CFPB Concerned Automated Surveillance Tools Are Not FCRA Compliant

July 7, 2023

The Consumer Financial Protection Bureau (CFPB) has begun cracking down on companies using workplace surveillance tools. According to the Bureau, many companies relying on such means during the hiring and firing processes must comply with the Fair Credit Reporting Act (FCRA). However, a comment from the CFPB suggested that many companies have not complied.

The White House’s Office of Science and Technology Policy recently issued an informational request to the CFPB. The Office sought clarification about the automated tools employers used when monitoring and evaluating their workers. In March 2023, the CFPB suggested that the FCRA applies to today’s data surveillance tools. This comment indicates that their position remains steady.

Many know the FCRA for protecting consumer reports. In this situation, the FCRA defines consumer reports as “any written, oral, or other communication of any information by a consumer reporting agency bearing on a consumer’s creditworthiness, credit standing, credit capacity, character, general reputation, personal characteristics, or mode of living which is used or expected to be used or collected in whole or in part for the purpose of serving as a factor in establishing the consumer’s eligibility for… employment purposes.” Thus, the FCRA does become relevant in workplace surveillance.

Many companies started using surveillance tools to measure employees’ efforts since the recent increase in remote work. For example, employers use these results when deciding to retain and promote employees. However, the CFPB warns that “automated technologies may produce incomplete or inaccurate information or exacerbate biases.”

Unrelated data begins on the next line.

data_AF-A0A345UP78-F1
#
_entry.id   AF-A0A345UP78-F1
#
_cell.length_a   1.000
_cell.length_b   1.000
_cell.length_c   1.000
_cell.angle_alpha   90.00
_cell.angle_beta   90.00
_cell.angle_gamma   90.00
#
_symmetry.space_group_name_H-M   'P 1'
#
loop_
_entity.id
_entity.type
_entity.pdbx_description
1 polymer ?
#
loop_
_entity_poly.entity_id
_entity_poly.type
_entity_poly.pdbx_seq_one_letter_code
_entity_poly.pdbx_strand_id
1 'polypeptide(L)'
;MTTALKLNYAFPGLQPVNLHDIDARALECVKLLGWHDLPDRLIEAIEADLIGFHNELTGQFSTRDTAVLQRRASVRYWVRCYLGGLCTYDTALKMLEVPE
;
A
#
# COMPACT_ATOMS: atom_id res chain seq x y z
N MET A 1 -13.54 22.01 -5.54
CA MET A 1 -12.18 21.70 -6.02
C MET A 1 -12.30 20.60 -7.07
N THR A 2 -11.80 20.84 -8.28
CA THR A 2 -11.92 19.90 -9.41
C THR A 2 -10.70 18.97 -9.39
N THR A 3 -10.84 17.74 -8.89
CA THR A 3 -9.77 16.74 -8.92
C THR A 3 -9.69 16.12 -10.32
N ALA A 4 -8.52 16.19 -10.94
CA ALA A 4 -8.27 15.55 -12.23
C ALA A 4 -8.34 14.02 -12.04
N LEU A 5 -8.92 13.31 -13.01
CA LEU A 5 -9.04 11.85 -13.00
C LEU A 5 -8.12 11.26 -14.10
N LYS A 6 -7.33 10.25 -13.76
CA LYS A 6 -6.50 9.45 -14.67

The CFPB consequently maintained that the FCRA applies to workplace surveillance tools. As such, the FCRA applies to the data that leads to choices affecting hiring, firing, promotions, transfers, compensation, and retention. The CFPB also voiced concerns about the data reaching the data broker market. The Bureau believes that could impact consumers in various ways, such as background screenings for employment.

These concerns led to the CFPB’s interest in ensuring workplaces comply with the FCRA. As such, companies must remember their responsibility to comply with all applicable laws concerning these workplace surveillance tools. The Bureau also worried about whether the suppliers of these tools have made continued efforts to comply.

Employers should review their hiring and workplace surveillance tool policies to ensure compliance. This review should include how they run background checks, which the FCRA considers a consumer report. The best way to ensure compliance in performing background checks for employment is to work with an experienced screening provider.

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